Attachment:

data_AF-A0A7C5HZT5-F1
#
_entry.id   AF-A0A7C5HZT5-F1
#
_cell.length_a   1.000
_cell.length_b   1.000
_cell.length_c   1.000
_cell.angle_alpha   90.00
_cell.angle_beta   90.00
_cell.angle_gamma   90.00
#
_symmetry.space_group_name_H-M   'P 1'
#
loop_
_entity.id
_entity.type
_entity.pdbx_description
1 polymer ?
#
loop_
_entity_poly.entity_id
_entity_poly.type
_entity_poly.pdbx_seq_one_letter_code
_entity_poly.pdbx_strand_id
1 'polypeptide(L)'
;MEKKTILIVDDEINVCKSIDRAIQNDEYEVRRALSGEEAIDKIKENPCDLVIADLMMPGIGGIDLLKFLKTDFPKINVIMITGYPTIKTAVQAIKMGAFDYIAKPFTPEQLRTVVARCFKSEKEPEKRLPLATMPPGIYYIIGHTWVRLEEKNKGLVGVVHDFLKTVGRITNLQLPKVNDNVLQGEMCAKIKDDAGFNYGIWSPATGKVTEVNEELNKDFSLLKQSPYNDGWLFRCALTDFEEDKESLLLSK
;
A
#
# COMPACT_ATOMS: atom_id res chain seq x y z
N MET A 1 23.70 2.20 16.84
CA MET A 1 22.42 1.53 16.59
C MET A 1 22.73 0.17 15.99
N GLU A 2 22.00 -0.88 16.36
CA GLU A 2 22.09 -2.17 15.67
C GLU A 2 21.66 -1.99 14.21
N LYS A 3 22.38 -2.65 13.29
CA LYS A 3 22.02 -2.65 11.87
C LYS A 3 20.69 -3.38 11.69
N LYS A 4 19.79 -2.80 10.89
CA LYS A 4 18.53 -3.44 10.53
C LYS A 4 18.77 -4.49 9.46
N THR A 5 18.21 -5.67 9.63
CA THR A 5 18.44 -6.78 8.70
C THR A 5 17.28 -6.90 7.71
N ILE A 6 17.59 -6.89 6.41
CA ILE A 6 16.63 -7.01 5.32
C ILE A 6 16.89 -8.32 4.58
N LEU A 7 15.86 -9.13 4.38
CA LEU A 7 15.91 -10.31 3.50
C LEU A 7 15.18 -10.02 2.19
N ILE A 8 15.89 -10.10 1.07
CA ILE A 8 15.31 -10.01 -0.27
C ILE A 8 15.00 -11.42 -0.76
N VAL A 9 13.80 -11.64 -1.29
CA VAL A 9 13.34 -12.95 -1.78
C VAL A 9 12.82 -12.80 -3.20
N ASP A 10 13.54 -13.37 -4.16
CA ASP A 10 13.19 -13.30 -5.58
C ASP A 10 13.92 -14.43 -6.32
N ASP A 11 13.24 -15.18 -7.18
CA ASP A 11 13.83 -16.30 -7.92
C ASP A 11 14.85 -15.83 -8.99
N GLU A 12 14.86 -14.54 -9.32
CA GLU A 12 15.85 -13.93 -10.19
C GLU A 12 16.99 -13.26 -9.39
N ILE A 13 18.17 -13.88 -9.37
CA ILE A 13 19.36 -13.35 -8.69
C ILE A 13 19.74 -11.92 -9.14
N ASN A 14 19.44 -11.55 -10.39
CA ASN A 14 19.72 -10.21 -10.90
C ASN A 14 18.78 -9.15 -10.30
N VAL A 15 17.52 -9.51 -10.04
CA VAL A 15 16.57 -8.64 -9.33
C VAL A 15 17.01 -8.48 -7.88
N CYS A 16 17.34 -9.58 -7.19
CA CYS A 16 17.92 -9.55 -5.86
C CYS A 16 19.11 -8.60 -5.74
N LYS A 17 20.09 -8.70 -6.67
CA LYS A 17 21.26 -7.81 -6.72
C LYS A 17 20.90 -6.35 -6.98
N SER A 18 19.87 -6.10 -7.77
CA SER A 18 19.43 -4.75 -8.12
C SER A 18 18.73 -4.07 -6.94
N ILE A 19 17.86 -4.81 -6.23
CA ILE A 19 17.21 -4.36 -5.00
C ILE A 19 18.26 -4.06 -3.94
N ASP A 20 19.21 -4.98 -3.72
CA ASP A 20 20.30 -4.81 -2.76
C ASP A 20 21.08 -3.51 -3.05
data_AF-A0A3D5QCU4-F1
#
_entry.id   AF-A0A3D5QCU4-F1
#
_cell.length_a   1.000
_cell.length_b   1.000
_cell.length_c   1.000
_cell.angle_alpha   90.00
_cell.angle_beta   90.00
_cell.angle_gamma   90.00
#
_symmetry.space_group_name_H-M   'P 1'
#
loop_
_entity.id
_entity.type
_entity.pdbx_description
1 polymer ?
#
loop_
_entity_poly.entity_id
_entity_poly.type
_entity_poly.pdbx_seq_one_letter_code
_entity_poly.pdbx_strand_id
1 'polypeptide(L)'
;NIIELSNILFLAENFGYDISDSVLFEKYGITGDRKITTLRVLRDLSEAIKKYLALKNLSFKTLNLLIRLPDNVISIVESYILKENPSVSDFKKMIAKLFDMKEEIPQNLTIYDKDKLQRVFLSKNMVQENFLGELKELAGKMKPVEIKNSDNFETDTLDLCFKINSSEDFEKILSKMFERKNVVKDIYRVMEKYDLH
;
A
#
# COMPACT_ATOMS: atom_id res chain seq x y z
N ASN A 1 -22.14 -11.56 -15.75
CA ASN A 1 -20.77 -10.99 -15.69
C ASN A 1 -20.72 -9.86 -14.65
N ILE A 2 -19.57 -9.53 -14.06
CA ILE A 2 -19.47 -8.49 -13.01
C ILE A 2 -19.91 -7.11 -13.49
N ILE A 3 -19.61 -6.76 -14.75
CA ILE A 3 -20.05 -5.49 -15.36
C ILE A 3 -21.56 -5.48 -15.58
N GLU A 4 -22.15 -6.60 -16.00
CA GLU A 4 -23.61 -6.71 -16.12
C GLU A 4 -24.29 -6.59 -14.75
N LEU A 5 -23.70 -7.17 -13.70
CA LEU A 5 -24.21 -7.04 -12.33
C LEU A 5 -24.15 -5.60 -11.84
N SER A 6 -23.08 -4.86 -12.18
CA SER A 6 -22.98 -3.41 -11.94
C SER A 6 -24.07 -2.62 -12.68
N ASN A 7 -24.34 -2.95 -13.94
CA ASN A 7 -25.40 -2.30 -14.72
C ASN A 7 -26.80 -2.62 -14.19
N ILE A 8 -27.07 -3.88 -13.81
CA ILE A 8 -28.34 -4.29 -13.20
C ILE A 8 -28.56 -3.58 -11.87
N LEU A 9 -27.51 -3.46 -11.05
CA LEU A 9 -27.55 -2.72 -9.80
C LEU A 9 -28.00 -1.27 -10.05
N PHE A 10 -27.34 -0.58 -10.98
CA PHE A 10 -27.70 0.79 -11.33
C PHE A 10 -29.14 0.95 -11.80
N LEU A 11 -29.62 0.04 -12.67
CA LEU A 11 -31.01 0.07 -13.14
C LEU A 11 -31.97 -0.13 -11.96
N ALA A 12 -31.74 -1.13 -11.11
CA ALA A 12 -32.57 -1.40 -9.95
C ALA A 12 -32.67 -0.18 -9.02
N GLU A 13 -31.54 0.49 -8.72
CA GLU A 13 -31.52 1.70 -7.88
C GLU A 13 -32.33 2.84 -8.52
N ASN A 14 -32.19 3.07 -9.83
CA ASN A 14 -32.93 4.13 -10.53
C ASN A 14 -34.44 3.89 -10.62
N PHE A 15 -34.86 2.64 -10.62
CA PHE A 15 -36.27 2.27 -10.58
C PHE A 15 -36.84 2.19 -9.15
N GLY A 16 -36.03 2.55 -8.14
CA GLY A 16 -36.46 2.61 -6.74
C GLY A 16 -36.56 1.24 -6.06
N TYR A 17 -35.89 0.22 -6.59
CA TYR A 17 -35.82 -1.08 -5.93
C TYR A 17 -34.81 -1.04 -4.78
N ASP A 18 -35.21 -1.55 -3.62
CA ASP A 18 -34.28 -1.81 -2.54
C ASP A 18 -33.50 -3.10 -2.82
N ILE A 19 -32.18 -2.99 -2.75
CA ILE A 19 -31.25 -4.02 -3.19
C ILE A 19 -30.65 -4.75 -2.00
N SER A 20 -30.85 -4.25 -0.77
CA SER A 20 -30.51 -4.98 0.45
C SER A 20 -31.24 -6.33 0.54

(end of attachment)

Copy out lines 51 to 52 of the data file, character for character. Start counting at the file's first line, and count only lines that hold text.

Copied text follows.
C LEU A 7 15.18 -10.02 2.19
N ILE A 8 15.89 -10.10 1.07